How to stop paying for electricity is easy. This article shows how. Going almost totally off-grid is more affordable than ever. Now the electricity provider pays us. You can do the same – here’s how.

Solar is now cheap

We always wanted to stop paying for electricity, and now we virtually have. It is getting easier to free yourself from dependence on the grid.

Many governments subsidise home solar. Most buyers, however, purchase only small systems: typically 1.5 or 2.4 kW (kilowatts). These, in Australia in early 2019 cost A$2500 -A$3000 installed. This helps reduce existing bills, but increasing solar capacity is truly worth considering.

Our (NSW government) subsidised 6 kW system cost us A$4350. It produces an average of 25-40 kilowatt hours a day. We initially paid the electricity supplier A$ 0.27 per kW/h for about three hours each night. We sold the daytime surplus (of an averaged 17 kWh/day) for a contracted 20 cents per kilowatt-hour for two years. This brought in about A$1200 a year. The initial cost of installation was A$4500. The result was then free power plus an increasing yearly income inside four years.

How to stop paying for electricity – adding battery backup to our solar array

As with many others, we prefer not to totally rely on grid-power – even as a back-up. Having self-built our own 3.8 kW stand-alone system in Australia’s Kimberley, we knew that do this is totally feasible. But unless electricity exceeds about $1 a kilowatt/hour it is currently not a money-saving thing to do. Whilst going totally off-grid still appeals we settled on a compromise that is proving very satisfying.  

We added a 14 kW/h Telsa battery bank that supplies our typical three/four kilowatt/hour early morning and evening energy draw, and copes with periods of overcast sky. As with any large solar array, even that still results in some solar input. The grid-connection has been retained – but mainly for selling our still considerable surplus. The grid acts now mainly as a ‘belts and braces’ back-up in the event of solar failure. It is occasionally drawn on to top up the Tesla battery bank – but rarely for more than about five hours a week (in early winter).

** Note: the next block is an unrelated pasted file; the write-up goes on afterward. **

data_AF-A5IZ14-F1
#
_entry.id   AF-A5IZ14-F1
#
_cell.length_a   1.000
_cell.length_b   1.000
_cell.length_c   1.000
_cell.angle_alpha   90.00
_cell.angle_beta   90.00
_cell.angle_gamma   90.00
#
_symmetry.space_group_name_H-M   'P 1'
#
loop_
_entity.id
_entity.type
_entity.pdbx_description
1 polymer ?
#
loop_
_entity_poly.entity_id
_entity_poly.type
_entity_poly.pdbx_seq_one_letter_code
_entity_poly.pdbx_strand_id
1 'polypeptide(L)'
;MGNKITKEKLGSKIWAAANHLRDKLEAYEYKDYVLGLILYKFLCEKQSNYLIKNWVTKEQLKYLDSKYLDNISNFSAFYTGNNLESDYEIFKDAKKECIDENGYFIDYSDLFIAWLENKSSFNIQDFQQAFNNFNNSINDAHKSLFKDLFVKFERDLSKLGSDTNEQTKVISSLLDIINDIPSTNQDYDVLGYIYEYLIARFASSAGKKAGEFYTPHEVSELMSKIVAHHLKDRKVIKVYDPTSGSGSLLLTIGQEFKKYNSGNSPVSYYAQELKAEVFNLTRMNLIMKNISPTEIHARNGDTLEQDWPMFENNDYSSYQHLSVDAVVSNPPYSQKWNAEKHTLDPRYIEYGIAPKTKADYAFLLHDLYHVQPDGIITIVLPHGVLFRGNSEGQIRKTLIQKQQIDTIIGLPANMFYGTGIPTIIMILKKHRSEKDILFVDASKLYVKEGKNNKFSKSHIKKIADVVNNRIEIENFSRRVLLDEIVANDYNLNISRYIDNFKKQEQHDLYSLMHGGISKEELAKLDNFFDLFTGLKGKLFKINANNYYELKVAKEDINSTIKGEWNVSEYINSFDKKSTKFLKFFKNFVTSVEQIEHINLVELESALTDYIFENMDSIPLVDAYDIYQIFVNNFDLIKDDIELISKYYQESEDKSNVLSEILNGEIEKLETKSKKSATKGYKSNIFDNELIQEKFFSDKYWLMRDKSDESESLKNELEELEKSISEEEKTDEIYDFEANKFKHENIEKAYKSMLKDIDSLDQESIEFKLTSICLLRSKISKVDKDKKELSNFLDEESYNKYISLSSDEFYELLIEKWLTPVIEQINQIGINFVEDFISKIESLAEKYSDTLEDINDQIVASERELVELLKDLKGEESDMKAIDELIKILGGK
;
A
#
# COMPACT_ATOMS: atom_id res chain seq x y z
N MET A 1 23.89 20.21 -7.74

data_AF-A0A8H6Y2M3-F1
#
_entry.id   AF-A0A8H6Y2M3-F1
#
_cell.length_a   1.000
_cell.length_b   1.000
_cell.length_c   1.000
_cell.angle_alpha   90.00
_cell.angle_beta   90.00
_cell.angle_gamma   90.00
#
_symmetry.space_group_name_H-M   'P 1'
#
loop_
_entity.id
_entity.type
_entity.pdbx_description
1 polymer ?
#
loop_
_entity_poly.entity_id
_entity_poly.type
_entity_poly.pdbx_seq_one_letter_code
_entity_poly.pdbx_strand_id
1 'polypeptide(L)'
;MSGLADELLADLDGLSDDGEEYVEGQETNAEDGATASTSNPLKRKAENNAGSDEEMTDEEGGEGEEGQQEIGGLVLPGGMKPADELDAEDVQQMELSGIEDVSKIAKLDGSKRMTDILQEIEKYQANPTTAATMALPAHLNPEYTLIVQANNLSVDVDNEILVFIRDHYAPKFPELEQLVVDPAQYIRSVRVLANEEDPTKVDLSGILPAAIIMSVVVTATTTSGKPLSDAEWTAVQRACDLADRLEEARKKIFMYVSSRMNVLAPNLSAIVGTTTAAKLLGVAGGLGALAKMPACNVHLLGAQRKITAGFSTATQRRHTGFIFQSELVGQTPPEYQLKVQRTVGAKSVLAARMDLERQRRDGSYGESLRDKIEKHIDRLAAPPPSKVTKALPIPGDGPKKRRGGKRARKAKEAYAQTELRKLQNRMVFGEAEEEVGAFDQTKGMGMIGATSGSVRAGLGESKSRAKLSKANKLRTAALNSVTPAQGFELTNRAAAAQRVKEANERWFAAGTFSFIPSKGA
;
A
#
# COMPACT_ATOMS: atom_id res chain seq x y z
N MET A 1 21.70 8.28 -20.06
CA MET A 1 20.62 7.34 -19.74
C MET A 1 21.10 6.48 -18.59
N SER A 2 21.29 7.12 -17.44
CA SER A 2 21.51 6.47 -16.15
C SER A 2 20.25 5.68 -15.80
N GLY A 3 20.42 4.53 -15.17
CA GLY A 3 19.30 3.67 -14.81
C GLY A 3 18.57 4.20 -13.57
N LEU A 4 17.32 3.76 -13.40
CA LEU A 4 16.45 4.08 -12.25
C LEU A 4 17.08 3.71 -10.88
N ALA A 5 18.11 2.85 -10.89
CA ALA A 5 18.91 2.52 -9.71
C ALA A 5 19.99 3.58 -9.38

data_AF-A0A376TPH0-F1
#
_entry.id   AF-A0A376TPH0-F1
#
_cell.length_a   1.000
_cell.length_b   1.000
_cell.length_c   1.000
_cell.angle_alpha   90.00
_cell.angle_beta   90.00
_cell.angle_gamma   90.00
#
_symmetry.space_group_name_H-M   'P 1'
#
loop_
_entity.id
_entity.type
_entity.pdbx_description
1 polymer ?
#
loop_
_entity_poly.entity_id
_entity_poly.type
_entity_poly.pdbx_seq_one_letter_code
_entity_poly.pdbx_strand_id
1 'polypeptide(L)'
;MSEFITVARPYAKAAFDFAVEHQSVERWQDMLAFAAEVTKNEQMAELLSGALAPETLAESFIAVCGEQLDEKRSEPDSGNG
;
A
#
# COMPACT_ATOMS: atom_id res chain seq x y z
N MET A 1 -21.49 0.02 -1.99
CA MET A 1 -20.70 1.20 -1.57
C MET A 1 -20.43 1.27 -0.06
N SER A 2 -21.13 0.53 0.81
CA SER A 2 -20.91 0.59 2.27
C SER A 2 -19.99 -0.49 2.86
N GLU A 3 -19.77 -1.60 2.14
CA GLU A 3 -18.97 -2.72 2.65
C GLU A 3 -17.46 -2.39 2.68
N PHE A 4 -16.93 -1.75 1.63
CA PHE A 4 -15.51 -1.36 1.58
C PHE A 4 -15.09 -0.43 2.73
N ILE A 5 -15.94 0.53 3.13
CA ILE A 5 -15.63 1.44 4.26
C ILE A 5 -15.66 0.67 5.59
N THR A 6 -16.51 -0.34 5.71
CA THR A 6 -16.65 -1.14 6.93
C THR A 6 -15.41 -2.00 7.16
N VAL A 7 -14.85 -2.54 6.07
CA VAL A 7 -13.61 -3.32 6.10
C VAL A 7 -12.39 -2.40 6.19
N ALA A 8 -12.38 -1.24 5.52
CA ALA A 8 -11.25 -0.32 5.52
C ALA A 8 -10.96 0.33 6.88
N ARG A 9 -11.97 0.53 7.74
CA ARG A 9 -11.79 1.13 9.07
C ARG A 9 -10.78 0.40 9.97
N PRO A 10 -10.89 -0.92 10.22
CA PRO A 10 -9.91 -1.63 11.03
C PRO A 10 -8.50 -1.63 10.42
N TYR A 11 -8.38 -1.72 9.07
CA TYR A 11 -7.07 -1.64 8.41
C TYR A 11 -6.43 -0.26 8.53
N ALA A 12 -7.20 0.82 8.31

Being virtually non-grid reliant has a ‘feel-good’ value. It has no price!  See also our article on the following: battery capacity required. 

Further information 

Our related book Solar Success explains and illustrates in detail how to a great deal of money when doing all of the above. Tens of thousands of people worldwide have bought it. We promise to return your full purchase price at any time if not totally satisfied. The digital version is downloadable right now by clicking on Solar Success. The print version is stocked by all Jaycar stores in Australia and New Zealand. It is also stocked by many bookshops in both countries – and can be ordered through them if not stocked. The book can also be bought by email (from anywhere in the world) from booktopia.com.au